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Sonographical and Serological Survey of Human Cystic Echinococcosis and Analysis of Risk Factors Associated with Seroconversion in Rural Communities of Kerman, Iran


M. F. Harandi. Leishmaniasis Research Center and Department of Parasitology, School of Medicine, Kerman University of Medical Sciences, Kerman 76169-14111, Iran. Tel.: +98 341 323 6374; Fax: +98 341 322 1676; E-mail:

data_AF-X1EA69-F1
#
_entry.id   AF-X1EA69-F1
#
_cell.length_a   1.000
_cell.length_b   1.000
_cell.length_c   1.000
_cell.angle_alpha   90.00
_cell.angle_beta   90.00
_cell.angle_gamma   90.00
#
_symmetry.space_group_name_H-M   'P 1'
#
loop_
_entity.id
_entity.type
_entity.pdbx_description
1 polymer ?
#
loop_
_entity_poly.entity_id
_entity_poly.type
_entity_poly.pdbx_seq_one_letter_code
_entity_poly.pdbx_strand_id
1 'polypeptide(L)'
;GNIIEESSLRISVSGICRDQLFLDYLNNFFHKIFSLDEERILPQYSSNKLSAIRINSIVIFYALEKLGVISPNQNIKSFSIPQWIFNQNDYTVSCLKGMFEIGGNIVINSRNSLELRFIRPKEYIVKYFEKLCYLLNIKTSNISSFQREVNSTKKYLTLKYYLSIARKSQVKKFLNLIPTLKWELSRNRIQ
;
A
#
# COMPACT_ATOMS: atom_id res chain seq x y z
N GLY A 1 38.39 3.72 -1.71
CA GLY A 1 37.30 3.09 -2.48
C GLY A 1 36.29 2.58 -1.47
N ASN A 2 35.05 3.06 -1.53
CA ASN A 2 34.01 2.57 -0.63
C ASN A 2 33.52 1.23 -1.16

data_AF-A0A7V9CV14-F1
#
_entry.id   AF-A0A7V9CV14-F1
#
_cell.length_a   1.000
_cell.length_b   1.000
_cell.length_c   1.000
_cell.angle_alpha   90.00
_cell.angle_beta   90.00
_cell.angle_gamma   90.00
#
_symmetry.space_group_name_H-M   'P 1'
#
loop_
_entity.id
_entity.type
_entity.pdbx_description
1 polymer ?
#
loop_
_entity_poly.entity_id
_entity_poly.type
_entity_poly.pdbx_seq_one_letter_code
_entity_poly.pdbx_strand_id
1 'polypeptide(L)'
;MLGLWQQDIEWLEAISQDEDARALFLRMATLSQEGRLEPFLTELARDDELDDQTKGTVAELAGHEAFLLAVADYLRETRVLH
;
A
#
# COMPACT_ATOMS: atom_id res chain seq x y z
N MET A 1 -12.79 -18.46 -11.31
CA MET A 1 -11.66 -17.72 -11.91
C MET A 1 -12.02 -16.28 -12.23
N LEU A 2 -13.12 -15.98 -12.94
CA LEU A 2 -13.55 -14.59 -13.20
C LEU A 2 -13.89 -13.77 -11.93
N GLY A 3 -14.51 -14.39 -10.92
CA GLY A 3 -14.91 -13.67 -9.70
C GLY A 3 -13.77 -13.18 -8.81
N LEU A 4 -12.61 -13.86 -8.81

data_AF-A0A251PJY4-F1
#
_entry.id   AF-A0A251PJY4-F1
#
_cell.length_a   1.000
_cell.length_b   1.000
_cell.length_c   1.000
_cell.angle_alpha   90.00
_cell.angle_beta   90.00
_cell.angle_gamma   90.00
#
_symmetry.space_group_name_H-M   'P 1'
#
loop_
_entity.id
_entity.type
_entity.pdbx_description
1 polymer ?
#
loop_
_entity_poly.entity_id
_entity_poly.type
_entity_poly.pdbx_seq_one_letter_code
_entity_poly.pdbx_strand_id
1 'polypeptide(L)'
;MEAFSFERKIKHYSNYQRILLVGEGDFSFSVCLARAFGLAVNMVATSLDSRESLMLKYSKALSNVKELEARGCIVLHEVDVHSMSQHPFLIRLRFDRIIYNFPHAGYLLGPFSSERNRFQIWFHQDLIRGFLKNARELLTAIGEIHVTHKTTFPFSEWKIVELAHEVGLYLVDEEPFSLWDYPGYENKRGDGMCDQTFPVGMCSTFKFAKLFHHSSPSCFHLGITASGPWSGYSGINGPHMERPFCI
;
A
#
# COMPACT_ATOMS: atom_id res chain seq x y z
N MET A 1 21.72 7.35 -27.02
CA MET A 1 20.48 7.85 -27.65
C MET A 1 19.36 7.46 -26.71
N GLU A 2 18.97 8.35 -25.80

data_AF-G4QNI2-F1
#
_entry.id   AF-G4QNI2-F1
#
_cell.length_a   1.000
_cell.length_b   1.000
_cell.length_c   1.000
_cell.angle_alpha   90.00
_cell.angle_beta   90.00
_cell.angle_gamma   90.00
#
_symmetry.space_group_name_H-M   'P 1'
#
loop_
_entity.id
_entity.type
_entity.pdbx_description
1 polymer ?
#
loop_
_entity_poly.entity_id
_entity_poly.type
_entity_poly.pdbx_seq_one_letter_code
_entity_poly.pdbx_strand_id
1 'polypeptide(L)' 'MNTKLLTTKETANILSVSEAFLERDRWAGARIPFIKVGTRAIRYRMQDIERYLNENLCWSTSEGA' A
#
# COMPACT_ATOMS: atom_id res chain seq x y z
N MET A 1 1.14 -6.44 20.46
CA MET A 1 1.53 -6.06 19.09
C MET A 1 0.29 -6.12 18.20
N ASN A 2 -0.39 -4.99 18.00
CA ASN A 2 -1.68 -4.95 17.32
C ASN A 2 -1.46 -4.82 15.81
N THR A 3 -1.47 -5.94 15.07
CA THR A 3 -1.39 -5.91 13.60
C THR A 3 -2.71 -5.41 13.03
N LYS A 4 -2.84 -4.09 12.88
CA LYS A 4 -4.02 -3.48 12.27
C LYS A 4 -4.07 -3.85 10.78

Cystic echinococcosis (CE) caused by larval stage of Echinococcus granulosus, is an endemic zoonosis in Iran particularly in rural regions. The objective of this study was to determine the prevalence of CE among rural communities in Kerman using ultrasonography (US) and serology. Kerman Province, in southeastern Iran, is the largest province, with 2.9 million inhabitants. A sample of 1140 individuals (200 males and 940 females) was selected by randomized cluster sampling in 2006–2008. After acquiring informed consent for each participant a questionnaire was filled, complete abdominal US in supine position was carried out and 5 ml blood was collected for ELISA test. Two hydatid cases (0.2%) were detected by ultrasound. Serological results showed 7.3% seropositivity, and females (8.3%) were significantly more positive than males (2.1%). There were significant difference between CE seropositivity and sex, age and occupation. Residents of desert regions (Shahdad, Andouhjerd and Golbaf) were 2.5 times more likely to be seropositive than mountainous regions with better socioeconomic status (OR = 2.5; 95% CI = 1.09–5.95). Dog ownership does not appear to be a significant risk factor for CE in the region. Only about 10% of households own dogs, usually only one dog. However, the stray dog population of Kerman province is estimated at 145 000–480 000 (3.5–11.5 times the owned dog population). Infection in humans and animals would appear to come mostly from infected stray dogs. Management of stray dog population could make major progress in control of hydatid disease. In addition, proper washing of vegetables decreased probability of infection by 53% (OR = 0.47; 95% CI = 0.26–0.84). The serological study showed that many people, especially women, had been exposed to Echinococcus eggs and had seroconverted but were not infected.

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